was critical to its success. Summit
, a tenth principle on anti-corruption was added to the Compact. Corruption is anathema to basic values, to good business practice and to sound development policy, and I am glad that the principles of the Global Compact now reflect this. The ICC has been heavily engaged in working to combat bribery and corruption, and I thank the ICC for the expertise it is providing to help make this new principle of the Global Compact operational. Summit
But let’s not only work to promote shared values. Let’s do projects together, and make a real difference on the ground. Many in the private sector are already doing this, to great advantage. Partnerships involving the UN, the private sector, non-governmental organizations and foundations have ballooned, and they are having an impact that no actor could achieve working alone.
There is no finer example than the contribution made by Ted Turner, whose historic pledge of $1 billion has helped the United Nations do so many things it otherwise could not have done. We at the United Nations have learned a lot working with Ted Turner’s United Nations Foundation these past six years. And the United Nations Fund for International Partnerships -- UNFIP, which was originally set up to handle our relationship with Ted Turner’s Foundation -- is now providing a gateway for other corporate partners to work with the United Nations.
I am pleased to say that a number of major multinational companies are using that gateway to play their part in making this world a better place. For example, a range of companies –- including leading telecommunications companies and financial institutions -– are capitalizing on volunteerism among their employees to support UN causes, or making long-term investments in social programmes, or assisting microcredit initiatives. A leading telecommunications company is rounding down the phone bills it sends to consumers and donating the savings to health programmes in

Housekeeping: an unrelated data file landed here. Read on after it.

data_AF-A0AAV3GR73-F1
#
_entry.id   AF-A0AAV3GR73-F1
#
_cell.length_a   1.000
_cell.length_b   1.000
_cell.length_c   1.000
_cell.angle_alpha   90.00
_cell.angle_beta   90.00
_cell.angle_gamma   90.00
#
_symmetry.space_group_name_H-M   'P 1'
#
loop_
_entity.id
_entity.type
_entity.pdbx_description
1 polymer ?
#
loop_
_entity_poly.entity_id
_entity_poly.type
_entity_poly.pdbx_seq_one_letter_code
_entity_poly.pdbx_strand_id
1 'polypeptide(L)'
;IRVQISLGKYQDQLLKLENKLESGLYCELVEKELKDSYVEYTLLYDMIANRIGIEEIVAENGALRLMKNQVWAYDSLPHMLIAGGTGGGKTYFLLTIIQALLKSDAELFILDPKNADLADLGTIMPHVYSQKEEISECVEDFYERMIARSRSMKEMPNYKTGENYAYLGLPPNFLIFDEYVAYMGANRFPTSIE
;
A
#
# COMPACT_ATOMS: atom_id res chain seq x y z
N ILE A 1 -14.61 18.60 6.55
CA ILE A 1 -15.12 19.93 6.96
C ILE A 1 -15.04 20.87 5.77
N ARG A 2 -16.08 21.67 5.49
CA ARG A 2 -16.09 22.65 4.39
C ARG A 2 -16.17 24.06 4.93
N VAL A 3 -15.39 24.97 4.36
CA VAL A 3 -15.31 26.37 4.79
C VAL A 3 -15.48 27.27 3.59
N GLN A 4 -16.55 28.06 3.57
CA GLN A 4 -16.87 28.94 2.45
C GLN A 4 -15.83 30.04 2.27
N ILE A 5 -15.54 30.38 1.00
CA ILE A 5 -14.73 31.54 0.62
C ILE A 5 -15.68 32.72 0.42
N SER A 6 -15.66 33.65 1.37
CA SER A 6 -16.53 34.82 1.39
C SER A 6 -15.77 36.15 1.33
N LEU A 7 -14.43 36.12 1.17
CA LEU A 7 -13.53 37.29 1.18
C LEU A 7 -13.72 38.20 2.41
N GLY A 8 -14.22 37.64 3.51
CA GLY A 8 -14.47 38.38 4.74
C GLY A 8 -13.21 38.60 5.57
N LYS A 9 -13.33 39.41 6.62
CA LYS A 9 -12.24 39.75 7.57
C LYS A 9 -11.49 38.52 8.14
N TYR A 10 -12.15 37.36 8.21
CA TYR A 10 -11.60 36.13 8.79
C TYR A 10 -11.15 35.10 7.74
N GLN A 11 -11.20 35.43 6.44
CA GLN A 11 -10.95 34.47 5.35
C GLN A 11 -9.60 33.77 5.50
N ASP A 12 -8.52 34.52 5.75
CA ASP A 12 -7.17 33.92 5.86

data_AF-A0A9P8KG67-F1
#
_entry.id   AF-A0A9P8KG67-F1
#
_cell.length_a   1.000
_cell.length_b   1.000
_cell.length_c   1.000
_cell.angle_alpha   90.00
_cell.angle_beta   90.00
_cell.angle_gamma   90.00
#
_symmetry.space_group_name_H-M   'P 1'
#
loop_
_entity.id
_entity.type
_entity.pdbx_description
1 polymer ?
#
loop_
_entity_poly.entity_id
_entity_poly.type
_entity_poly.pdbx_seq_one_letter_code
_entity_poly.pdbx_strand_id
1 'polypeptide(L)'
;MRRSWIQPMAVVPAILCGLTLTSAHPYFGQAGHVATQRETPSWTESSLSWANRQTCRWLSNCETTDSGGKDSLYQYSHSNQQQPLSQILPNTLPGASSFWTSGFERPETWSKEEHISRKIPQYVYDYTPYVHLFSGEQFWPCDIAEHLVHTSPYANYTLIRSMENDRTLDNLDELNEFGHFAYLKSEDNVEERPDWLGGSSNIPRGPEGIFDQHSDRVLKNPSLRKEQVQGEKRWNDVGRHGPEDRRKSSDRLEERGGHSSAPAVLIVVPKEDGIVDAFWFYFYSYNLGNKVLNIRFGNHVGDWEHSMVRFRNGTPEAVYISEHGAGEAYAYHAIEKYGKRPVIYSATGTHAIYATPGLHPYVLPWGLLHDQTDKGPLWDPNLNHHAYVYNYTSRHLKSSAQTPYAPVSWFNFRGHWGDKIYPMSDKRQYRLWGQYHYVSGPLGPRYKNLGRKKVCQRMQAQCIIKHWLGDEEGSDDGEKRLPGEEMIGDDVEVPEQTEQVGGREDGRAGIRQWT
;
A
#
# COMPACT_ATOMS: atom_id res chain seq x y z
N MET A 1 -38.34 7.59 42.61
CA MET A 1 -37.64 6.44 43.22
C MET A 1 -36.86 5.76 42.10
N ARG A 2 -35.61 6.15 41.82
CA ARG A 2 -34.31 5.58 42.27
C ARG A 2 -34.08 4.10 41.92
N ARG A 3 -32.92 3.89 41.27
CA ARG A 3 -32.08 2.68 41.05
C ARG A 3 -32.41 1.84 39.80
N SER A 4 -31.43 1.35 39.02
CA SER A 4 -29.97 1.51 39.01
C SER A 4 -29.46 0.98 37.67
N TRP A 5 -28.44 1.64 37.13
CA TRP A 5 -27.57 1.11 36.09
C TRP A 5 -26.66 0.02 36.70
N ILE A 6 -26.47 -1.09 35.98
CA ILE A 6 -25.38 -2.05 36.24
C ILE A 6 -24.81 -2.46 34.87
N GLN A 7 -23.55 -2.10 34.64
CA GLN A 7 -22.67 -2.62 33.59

Africa. And some leading IT companies are making available their expertise to strengthen capacities at the local level in poor countries.
So, ladies and gentlemen, I am glad to report that the partnership between the UN and business is alive and well, and it is growing stronger. It is just one instance among many which demonstrate that, whatever its faults, the UN is not the sclerotic bureaucracy or useless Tower of
that some pretend it is. On the contrary, we are reaching out to partners of all kinds, and we are changing to meet the challenges of the age we live in. It also proves that there are fine corporate leaders who embrace the notion of good corporate citizenship, and who are prepared to put their money where their mouths are. The man we honour this evening is one of them. Babel
Let’s build on that relationship. When I see the commitment to a better world on display here tonight, I have no doubt that we will. I, therefore, thank all of you for the support you give our common efforts. And I take this opportunity to ask each of you to think of new and creative ways in which your company can help advance the global interest, even as you pursue your commercial interest. This is a clear instance where the right thing to do is also the smart thing to do. Please rest assured that, when business looks to play its part in making this world a better place, the United Nations is open for business, and open to business.